******

Postby ****** » Tue Jan 18, 2011 11:29 pm

Eli Katz wrote:Hawk, just keep taunting John with the promise of a review.


What promise? We can't let him get away with Harty Pottering this thing.

******

Postby ****** » Tue Jan 18, 2011 11:31 pm

john lewis hawk wrote:Sometime in the future, the UN sends weapons inspector Nathan Kane to a space station above Jupiter, where an exploratory team has made an alarming and ominous discovery: beneath the icy exterior of the planet's ocean moon, Europa, are coffins containing members of a sleeping alien race and guns capable of destroying an entire planet. As Kane and the station crew investigate, they are threatened by the sinister representative of a powerful software conglomerate seeking to exploit the discovery for its own purposes. Writer Ellis is at his best with character-based sf in which an iconoclastic protagonist is injected into an intriguing, futuristic premise, as in the cult favorite Transmetropolitan. Ocean lacks Transmet's verve and attitude, even though Kane is a resourceful badass like Transmet's Spider Jerusalem (classier, however; think Samuel L. Jackson for the movie), but is still a solid, provocative yarn that, emphasizing concept and character rather than action and heroics, and greatly aided by Chris Sprouse's lucid art, comes off rather like an ambitious, big-budget sf film.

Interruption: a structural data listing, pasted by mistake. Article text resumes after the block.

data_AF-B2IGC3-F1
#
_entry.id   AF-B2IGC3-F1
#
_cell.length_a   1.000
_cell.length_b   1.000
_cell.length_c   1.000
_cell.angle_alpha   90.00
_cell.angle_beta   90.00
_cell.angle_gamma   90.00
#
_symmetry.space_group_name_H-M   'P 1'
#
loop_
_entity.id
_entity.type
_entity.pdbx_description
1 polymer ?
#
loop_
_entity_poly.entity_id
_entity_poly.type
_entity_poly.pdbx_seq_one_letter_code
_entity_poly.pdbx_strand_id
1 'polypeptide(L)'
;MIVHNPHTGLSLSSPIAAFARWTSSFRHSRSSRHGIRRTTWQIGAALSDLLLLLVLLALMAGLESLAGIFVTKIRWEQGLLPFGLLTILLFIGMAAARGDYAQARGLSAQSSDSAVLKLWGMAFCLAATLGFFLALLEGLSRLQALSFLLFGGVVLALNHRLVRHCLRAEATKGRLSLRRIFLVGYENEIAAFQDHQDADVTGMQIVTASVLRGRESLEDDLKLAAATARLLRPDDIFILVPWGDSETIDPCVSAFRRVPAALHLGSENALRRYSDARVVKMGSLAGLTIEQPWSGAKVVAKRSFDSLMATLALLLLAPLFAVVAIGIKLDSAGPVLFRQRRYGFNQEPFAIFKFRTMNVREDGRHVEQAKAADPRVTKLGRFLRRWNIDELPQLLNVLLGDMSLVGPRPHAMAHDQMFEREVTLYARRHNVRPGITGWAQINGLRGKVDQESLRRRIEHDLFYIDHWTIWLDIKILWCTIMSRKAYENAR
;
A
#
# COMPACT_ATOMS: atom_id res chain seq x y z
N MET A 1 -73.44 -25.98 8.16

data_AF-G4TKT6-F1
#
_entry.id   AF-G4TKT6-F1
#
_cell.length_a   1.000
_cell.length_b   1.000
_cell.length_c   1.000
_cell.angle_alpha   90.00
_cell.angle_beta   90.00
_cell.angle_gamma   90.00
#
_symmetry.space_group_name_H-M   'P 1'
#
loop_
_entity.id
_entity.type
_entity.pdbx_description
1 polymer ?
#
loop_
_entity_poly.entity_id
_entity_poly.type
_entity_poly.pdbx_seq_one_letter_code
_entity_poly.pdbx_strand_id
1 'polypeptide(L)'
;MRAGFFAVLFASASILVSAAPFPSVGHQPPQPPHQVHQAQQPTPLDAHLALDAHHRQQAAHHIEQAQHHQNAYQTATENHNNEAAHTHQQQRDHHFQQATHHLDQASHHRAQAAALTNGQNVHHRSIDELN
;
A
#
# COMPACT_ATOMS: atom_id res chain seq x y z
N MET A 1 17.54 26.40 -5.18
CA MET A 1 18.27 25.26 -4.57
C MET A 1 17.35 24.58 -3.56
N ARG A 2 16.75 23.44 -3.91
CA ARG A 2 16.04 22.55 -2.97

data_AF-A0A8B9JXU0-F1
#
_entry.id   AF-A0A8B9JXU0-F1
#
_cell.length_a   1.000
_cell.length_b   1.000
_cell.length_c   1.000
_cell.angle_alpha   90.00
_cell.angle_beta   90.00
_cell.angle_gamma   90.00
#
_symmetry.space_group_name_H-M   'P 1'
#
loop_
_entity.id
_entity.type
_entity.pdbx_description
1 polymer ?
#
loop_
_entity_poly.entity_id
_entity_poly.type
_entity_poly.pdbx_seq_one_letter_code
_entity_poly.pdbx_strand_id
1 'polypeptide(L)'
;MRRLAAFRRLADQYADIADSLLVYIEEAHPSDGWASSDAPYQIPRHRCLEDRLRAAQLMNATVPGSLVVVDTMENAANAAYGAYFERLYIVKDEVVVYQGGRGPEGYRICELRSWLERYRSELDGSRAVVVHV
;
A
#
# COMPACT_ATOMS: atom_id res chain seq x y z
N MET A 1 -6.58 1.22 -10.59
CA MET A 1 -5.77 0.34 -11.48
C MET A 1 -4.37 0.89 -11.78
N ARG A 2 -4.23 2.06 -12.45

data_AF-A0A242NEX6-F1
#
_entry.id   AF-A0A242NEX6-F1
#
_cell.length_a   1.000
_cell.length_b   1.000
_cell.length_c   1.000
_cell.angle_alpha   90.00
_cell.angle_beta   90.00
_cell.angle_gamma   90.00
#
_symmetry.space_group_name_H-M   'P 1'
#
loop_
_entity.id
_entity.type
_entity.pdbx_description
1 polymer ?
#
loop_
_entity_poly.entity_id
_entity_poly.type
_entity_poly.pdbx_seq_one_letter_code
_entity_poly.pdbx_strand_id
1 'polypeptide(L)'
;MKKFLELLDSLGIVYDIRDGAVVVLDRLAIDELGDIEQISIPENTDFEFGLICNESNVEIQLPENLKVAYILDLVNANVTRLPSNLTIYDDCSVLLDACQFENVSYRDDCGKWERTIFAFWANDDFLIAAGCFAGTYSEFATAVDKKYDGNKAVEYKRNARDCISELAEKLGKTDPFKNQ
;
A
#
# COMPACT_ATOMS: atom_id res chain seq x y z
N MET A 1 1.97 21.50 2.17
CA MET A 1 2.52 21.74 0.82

Ocean is what it looks like when Warren Ellis phones it in, which is about 57.3% of his career output.
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john lewis hawk

Founder of The Outhouse

Postby john lewis hawk » Tue Jan 18, 2011 11:39 pm

John Snow wrote:
Ocean is what it looks like when Warren Ellis phones it in, which is about 57.3% of his career output.

Ocean was good until the rushed ending.

Also, I got that review from Amazon.

******

Postby ****** » Tue Jan 18, 2011 11:40 pm

john lewis hawk wrote:Also, I got that review from Amazon.


Really? I stopped reading after Nathan Kane.